Do any of you enjoy running on vacation or do you tend to just relax or spend your time with family or friends instead? What tips do you have for running while on vacation for those of you that do run on vacation?

Happy running!

Donna

 

5 Things I Wish I Had Known Before My First Half Marathon

I was extremely naive when I ran my first half marathon. While I wasn’t new to running, I was most definitely new to long distance running. I feel like I have been running since I could as a child. The only time I took time off from running was during college when I experienced the worst shin splints of my life and had to practically crawl home during a run. I decided to take some time off to heal and for whatever reason (most likely school and studying) that time off stretched into years. Finally after I had finished graduate school, gotten married, and moved to a new state, I began running again.

When I began running again in my mid-20’s, I tried to do things “the right way.” I began to gradually increase my distance, first running a 5k, then a 10k, a 10-miler, and a 15k (although I don’t think the races after the 5k were necessarily in that order). When I took the plunge and ran my first half marathon, I felt pretty well-prepared. Pretty much the only factor during the race that really threw me for a loop was the weather. The race was on the coast of North Carolina in late November and it was cold and rainy, which turned to snow eventually. By the end of the race, I was frozen to the bone, but hungry for more.

The weather that day was extremely unusual for the area so I was counting on that not happening again the following year. I knew if I could do as well as I did at my first half marathon, I could do even better the next year. You can read about my first half marathon here. It’s the only half marathon I’ve ever ran more than once. Since then I’ve finished 43 half marathons in 41 states (I ran three half marathons in North Carolina).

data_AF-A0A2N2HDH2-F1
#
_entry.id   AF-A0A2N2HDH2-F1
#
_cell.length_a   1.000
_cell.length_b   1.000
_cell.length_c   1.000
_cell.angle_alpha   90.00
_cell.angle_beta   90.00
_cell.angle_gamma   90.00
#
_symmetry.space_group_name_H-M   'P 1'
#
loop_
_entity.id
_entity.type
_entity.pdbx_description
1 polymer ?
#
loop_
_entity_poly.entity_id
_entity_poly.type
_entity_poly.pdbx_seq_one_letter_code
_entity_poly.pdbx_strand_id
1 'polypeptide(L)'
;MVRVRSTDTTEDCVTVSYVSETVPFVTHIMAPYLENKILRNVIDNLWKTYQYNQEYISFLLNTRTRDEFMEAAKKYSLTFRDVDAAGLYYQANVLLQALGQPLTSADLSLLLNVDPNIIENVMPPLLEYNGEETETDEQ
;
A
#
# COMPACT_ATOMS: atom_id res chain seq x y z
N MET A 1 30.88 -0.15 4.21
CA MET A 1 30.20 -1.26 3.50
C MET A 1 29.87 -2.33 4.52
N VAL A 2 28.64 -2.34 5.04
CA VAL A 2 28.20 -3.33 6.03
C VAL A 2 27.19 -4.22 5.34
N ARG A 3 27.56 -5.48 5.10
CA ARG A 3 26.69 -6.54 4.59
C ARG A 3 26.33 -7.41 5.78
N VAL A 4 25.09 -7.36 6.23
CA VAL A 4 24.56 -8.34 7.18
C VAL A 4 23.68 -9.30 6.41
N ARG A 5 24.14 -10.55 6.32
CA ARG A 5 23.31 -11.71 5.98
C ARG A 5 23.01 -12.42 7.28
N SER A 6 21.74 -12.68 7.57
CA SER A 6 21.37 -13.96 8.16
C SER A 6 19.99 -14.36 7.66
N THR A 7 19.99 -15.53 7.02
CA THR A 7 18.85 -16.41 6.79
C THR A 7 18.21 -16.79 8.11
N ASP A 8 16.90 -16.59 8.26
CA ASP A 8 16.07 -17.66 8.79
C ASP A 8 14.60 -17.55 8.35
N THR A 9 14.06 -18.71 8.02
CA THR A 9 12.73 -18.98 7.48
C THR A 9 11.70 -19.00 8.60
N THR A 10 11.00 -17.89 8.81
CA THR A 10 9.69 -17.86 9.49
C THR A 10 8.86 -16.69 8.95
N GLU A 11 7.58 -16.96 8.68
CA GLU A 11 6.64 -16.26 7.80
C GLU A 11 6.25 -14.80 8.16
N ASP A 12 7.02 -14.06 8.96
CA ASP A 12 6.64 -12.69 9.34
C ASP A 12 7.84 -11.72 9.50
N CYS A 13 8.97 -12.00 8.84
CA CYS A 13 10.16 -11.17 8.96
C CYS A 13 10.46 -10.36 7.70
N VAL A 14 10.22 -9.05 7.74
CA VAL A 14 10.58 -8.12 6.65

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Not my first half marathon, but one of my first ones. What the heck was I thinking not pulling my hair up into a ponytail?! And no hat/visor/sunglasses?!

Many things have changed over the years in the field of long distance running. Some fads have come and gone but mostly we’ve been given more options from everything like what to fuel with to apparel and shoes. When I was training for my first half marathon, there wasn’t this multitude of options for fueling before, during, and after running. There pretty much was Gatorade or Powerade. There was no Nuun, Tailwind, or Honey Stinger. This brings me to the first thing I wish I had known before my first half marathon.

  1. Try out some snacks on training runs to make sure your stomach and gut agree with them. Now I run with Nuun hydration and snacks on all of my long runs including my half marathons but back then I just drank and ate whatever was offered on the course. Maybe some people are fine doing this, but if you have a finicky stomach like I do, it’s not a good idea. I also love Honey Stinger waffles for a pre-run snack and haven’t had any gut issues after eating them but experiment to see what works for you.
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My running belt and tube of Nuun for a recent race

2.  Don’t get caught up in the excitement of the race and start out at a pace you can’t maintain for more than a few miles or so. People hear this one all the time, and yet they continue to do it. It’s tough to make your legs go slower than they want to in the beginning of a race, but they’ll thank you later for it.

3.  Don’t let it get to you when you see older people or people that look like they’re not in as good of shape as you pass you. I eventually learned this one. When it comes to runners, you can’t judge a book by its cover. I’ve been passed by runners of all shapes, sizes, and ages during races. Sometimes I’ve been able to pass them towards the final miles of the race when they were walking, but sometimes I never saw them again and they left me in the dust. That’s OK.